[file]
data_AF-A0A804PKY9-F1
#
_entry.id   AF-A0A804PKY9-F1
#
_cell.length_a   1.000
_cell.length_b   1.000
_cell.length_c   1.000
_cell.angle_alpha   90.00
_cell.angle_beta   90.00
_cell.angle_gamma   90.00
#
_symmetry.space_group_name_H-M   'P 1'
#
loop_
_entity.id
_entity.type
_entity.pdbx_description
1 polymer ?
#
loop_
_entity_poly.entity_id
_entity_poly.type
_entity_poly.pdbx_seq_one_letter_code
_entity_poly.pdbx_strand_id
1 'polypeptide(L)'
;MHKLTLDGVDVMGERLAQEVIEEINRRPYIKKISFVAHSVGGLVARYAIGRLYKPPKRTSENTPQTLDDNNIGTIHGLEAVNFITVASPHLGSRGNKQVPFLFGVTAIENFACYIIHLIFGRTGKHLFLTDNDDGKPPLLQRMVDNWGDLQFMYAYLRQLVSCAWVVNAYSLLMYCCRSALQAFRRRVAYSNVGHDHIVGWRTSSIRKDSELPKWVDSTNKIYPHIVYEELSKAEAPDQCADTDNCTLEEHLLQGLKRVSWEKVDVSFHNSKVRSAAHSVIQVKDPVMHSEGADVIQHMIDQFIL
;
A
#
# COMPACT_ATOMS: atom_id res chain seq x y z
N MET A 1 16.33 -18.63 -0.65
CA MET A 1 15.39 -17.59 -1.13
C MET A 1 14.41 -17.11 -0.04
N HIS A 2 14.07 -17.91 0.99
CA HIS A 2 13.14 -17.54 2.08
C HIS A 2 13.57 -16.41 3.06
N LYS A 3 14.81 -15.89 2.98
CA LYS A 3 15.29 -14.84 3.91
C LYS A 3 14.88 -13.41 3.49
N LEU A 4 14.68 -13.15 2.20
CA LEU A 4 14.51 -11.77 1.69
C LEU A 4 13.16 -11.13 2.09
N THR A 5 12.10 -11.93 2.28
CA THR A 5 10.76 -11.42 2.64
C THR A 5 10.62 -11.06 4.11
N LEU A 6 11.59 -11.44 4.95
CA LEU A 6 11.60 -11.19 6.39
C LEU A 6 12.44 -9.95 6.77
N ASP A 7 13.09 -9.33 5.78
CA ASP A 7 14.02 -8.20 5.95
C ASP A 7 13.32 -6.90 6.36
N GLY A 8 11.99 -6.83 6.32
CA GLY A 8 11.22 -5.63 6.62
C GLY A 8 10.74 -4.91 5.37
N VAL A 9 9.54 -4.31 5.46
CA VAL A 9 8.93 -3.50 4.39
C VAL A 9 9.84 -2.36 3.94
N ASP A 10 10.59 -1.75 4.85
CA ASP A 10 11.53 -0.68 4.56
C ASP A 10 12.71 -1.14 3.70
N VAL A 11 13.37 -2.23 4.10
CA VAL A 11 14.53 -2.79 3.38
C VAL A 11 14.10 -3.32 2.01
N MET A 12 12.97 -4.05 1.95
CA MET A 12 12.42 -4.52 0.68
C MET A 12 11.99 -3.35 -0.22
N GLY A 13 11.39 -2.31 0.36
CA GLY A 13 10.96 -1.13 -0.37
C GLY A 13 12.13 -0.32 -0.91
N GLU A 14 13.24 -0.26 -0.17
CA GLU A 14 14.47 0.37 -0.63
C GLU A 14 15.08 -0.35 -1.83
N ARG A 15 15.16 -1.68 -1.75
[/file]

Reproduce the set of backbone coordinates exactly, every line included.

data_AF-A0A804PKY9-F1
#
_entry.id   AF-A0A804PKY9-F1
#
_cell.length_a   1.000
_cell.length_b   1.000
_cell.length_c   1.000
_cell.angle_alpha   90.00
_cell.angle_beta   90.00
_cell.angle_gamma   90.00
#
_symmetry.space_group_name_H-M   'P 1'
#
loop_
_entity.id
_entity.type
_entity.pdbx_description
1 polymer ?
#
loop_
_entity_poly.entity_id
_entity_poly.type
_entity_poly.pdbx_seq_one_letter_code
_entity_poly.pdbx_strand_id
1 'polypeptide(L)'
;MHKLTLDGVDVMGERLAQEVIEEINRRPYIKKISFVAHSVGGLVARYAIGRLYKPPKRTSENTPQTLDDNNIGTIHGLEAVNFITVASPHLGSRGNKQVPFLFGVTAIENFACYIIHLIFGRTGKHLFLTDNDDGKPPLLQRMVDNWGDLQFMYAYLRQLVSCAWVVNAYSLLMYCCRSALQAFRRRVAYSNVGHDHIVGWRTSSIRKDSELPKWVDSTNKIYPHIVYEELSKAEAPDQCADTDNCTLEEHLLQGLKRVSWEKVDVSFHNSKVRSAAHSVIQVKDPVMHSEGADVIQHMIDQFIL
;
A
#
# COMPACT_ATOMS: atom_id res chain seq x y z
N MET A 1 16.33 -18.63 -0.65
CA MET A 1 15.39 -17.59 -1.13
C MET A 1 14.41 -17.11 -0.04
N HIS A 2 14.07 -17.91 0.99
CA HIS A 2 13.14 -17.54 2.08
C HIS A 2 13.57 -16.41 3.06
N LYS A 3 14.81 -15.89 2.98
CA LYS A 3 15.29 -14.84 3.91
C LYS A 3 14.88 -13.41 3.49
N LEU A 4 14.68 -13.15 2.20
CA LEU A 4 14.51 -11.77 1.69
C LEU A 4 13.16 -11.13 2.09
N THR A 5 12.10 -11.93 2.28
CA THR A 5 10.76 -11.42 2.64
C THR A 5 10.62 -11.06 4.11
N LEU A 6 11.59 -11.44 4.95
CA LEU A 6 11.60 -11.19 6.39
C LEU A 6 12.44 -9.95 6.77
N ASP A 7 13.09 -9.33 5.78
CA ASP A 7 14.02 -8.20 5.95
C ASP A 7 13.32 -6.90 6.36
N GLY A 8 11.99 -6.83 6.32
CA GLY A 8 11.22 -5.63 6.62
C GLY A 8 10.74 -4.91 5.37
N VAL A 9 9.54 -4.31 5.46
CA VAL A 9 8.93 -3.50 4.39
C VAL A 9 9.84 -2.36 3.94
N ASP A 10 10.59 -1.75 4.85
CA ASP A 10 11.53 -0.68 4.56
C ASP A 10 12.71 -1.14 3.70
N VAL A 11 13.37 -2.23 4.10
CA VAL A 11 14.53 -2.79 3.38
C VAL A 11 14.10 -3.32 2.01
N MET A 12 12.97 -4.05 1.95
CA MET A 12 12.42 -4.52 0.68
C MET A 12 11.99 -3.35 -0.22
N GLY A 13 11.39 -2.31 0.36
CA GLY A 13 10.96 -1.13 -0.37
C GLY A 13 12.13 -0.32 -0.91
N GLU A 14 13.24 -0.26 -0.17
CA GLU A 14 14.47 0.37 -0.63
C GLU A 14 15.08 -0.35 -1.83
N ARG A 15 15.16 -1.68 -1.75